Of all the oversimplifications of farming, the most memorable is a song that played in my elementary school cafeteria called, “Dirt Made My Lunch.” The tune, penned by the Banana Slug String Band, an ’80s childrens folk group, went:

Dirt made my lunch.
Thank you dirt, thanks a bunch,
For my salad, my sandwich
My milk and my munch ’cause
Dirt, you made my lunch.

Pretty simple stuff. The second verse did give farmers a brief nod for harvesting wheat into sandwich bread, but ultimately the particulars of their toil was minimized for maximum kindergarten understanding. But you know what? We did understand. To a room of rowdy children eating their midday meal, the sounds of that song in the background was the first inkling, albeit a subliminal one, that food didn’t just magically appear, that instead food had something to do with nature. Silly? Sure. Important? Absolutely. Some could argue it laid the groundwork for future educators to teach kids about the environment and healthy eating (and hopefully made a few bucks for those Banana Sluggers, who, incidentally, still tour).

Luckily, Earth science education has come a long way since late 1980s lunchroom sing-a-longs. In today’s Charleston, organizations like Bee Cause make a difference. The nonprofit bee initiative has placed more than 20 observational hives in schools across the Lowcountry and with each little student mesmerized by the tiny world within those honeycombs, the seeds of a future environmentalist, Eat Local activist, or, maybe even a farmer, are sowed. Learn more about what’s buzzing in local classrooms, in this brand new issue of Dirt. —Kinsey Gidick

Apprentice program weaves a fabric of community among graduates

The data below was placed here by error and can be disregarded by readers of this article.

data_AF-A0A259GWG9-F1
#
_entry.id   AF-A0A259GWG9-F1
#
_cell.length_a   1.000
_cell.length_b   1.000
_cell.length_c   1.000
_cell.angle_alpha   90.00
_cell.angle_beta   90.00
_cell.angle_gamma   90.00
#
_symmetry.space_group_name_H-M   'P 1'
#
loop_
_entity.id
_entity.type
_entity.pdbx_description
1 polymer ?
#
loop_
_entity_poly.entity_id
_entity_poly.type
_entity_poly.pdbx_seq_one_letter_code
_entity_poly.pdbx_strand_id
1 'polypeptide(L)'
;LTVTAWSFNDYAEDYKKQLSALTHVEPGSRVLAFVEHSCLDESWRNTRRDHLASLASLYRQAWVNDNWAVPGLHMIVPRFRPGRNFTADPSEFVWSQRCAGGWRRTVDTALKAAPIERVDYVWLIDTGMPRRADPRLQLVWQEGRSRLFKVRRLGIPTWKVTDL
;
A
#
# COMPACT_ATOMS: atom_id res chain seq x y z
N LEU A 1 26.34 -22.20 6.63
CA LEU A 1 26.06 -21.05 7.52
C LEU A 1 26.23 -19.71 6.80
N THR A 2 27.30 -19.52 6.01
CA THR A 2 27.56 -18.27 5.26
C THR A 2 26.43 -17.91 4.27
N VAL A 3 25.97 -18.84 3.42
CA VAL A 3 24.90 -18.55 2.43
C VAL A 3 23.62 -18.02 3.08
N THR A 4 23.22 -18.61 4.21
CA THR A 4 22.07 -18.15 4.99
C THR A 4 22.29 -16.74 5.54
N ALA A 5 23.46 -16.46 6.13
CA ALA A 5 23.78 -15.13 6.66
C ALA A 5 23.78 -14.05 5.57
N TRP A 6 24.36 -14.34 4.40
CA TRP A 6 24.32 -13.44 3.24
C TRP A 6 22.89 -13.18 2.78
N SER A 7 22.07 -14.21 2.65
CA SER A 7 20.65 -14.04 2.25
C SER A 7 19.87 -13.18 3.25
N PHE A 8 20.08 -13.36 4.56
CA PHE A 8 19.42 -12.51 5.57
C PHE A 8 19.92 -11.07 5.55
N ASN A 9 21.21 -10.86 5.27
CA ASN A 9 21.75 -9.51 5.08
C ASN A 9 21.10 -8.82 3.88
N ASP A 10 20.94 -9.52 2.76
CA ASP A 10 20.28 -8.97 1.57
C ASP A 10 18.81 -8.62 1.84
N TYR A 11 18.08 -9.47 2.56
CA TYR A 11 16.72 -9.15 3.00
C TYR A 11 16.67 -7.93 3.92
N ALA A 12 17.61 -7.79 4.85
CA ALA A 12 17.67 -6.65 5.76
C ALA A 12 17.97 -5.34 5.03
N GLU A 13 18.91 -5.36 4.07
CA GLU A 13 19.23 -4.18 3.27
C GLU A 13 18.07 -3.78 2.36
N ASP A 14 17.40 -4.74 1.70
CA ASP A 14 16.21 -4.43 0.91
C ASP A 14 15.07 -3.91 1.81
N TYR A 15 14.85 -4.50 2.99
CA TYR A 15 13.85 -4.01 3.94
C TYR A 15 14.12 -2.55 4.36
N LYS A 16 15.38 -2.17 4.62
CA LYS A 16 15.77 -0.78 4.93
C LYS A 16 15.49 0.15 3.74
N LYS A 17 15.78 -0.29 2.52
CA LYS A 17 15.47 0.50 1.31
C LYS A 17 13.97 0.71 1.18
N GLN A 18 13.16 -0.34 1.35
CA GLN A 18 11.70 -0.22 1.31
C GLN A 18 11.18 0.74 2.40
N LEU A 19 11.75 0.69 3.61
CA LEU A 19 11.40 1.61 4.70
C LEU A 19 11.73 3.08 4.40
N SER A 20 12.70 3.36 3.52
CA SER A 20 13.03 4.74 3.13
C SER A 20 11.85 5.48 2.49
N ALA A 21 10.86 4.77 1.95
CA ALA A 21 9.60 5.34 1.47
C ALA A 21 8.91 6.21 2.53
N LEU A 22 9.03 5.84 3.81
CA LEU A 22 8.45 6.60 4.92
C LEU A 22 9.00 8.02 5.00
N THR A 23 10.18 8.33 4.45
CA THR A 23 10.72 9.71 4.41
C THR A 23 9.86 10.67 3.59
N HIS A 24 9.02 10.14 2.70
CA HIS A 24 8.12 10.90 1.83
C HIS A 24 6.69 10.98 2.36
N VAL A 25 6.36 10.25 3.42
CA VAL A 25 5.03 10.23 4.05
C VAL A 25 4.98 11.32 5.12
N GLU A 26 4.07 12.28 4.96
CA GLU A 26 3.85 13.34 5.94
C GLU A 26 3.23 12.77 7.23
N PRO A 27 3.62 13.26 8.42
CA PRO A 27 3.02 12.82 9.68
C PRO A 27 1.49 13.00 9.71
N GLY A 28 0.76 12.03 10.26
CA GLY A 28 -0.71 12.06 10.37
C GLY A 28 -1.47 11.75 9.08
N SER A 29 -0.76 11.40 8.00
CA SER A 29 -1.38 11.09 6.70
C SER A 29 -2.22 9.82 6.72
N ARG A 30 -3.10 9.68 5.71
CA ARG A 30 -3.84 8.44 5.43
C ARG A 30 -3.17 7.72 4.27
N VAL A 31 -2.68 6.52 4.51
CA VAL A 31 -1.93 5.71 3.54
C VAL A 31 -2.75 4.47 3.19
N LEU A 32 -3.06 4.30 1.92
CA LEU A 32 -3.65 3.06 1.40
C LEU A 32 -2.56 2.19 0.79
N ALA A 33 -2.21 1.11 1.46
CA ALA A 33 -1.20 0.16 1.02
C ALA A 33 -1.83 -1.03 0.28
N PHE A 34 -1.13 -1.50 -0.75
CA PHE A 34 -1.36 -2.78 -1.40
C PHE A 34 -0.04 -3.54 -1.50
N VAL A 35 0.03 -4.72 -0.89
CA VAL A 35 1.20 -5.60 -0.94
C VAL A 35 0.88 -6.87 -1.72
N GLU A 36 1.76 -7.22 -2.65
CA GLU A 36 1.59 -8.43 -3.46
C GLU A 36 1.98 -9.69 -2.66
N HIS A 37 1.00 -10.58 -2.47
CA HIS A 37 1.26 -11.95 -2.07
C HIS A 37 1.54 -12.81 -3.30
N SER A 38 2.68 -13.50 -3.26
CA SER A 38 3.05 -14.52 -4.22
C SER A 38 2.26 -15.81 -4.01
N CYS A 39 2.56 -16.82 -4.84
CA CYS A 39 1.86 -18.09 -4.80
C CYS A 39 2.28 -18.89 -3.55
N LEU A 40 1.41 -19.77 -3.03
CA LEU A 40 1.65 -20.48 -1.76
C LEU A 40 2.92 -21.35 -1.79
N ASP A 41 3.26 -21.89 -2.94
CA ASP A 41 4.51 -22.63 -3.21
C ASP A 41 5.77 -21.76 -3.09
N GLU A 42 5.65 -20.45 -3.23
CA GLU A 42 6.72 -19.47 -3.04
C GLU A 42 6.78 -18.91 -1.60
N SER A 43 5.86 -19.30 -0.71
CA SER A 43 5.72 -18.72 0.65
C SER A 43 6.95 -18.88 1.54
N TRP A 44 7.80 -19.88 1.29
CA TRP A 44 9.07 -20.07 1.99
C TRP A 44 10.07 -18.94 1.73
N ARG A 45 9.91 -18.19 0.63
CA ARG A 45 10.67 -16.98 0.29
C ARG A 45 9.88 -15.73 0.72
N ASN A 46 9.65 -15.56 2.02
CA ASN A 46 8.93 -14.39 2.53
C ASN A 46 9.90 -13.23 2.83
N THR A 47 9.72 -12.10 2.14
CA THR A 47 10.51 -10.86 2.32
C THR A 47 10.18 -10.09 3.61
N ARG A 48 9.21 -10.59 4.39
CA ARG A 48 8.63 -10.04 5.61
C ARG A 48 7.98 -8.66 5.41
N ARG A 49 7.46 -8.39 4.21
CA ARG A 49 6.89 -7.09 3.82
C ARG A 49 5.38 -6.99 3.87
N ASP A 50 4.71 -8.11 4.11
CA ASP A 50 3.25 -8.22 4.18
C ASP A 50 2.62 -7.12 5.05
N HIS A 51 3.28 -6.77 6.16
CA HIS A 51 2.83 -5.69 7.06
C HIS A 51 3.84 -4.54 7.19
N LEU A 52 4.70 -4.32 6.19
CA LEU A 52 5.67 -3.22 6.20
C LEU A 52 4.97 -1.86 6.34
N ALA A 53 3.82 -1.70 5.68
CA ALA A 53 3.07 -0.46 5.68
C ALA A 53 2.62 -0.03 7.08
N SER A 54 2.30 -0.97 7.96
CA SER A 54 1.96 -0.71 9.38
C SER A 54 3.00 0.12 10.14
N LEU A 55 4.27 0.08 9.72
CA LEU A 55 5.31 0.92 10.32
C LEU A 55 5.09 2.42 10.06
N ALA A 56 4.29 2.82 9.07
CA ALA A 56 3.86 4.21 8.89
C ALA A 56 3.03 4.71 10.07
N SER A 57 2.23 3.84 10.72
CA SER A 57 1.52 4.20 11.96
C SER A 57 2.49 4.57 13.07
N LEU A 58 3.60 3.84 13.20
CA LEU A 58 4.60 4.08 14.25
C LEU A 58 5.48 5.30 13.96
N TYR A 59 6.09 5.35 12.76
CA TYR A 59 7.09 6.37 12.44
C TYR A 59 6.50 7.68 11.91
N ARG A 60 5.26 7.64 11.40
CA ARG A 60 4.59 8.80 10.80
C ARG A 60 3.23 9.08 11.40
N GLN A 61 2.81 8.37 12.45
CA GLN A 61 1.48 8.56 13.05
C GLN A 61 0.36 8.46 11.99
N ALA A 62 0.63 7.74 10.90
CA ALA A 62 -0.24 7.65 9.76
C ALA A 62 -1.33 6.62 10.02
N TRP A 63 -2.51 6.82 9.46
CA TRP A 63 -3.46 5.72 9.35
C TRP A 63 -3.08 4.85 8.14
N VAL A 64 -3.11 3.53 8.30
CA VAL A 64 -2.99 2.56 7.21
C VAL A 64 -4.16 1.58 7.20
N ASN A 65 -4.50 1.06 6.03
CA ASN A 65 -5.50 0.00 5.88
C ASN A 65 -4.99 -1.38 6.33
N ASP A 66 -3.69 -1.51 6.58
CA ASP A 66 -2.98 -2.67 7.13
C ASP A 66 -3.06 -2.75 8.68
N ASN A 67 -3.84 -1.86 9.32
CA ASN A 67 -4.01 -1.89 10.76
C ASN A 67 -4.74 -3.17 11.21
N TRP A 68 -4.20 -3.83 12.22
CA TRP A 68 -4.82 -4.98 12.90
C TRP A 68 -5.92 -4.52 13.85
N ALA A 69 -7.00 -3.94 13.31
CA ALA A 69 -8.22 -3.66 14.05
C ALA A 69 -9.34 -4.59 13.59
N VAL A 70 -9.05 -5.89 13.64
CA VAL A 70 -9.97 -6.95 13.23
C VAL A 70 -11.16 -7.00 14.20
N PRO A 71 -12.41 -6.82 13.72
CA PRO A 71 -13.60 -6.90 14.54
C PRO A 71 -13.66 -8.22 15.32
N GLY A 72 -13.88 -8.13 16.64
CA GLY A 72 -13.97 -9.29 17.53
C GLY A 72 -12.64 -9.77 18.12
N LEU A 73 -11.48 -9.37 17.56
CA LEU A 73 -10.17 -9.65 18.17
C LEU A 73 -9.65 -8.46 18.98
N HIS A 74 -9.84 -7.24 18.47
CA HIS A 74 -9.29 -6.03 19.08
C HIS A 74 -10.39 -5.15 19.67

Apprentice program weaves a fabric of community among graduates Crop Circles

On a cold day in March, I stand bundled up outside the birthing pen at Jeremiah Farm and Goat Dairy on Johns Island while goats of all sizes nuzzle and play in fresh shavings. Farmer Casey Price has invited me to take part in the kidding process that marks the beginning of milking season on her farm. — Nikki Seibert


The Bee Cause Project pollinates an important message
The Bee Cause Project pollinates an important message Hives of Learning

The faint smell of honey permeates the air around the buzzing beehive. A little girl sits at the small table in the library of Sullivan's Island Elementary School, her face inches from thousands of bees as she watches them in their six specific roles... — Courtney Davis O'Leary


The highs and lows of South Carolina peach farming
The highs and lows of South Carolina peach farming Peach Pits

"You're sweet as a peach and twice as juicy." Growing up, that's what my grandmother would say to me whenever she scooped me into her Chloé-fragranced hug. — Kinsey Gidick


Young farmers grow out of a Slow Food youth club
Young farmers grow out of a Slow Food youth club Diggin' the Dream

As I was sitting on my knees, carefully digging out weeds at the Dirt Works Incubator Farm, I almost forgot where I was. It's funny how that happens sometimes. I was so focused on what I was doing that I blanked and forgot about reality. — Mina Rismani


Classified Listings
  • Bambu
    This was the worst restaurant I have ever eaten at. I have never had a… -JamesHayterCook
  • Edmund's Oast
    We ordered both charcuterie plates, and they were both solid. The beer selection is solid… -Native Ink
  • Edmund's Oast
    I've been there several times. Speaking focused on the food, beverage, decor and service while… -Dr. Giggles
  • Peninsula Grill
    Considered one of the best in town and still going strong. Would put in the… -JDChas
  • Edmund's Oast
    Went here for the first time last week after hearing about it and was pleased… -JDChas

Powered by Foundation   © Copyright 2014, Charleston City Paper   RSS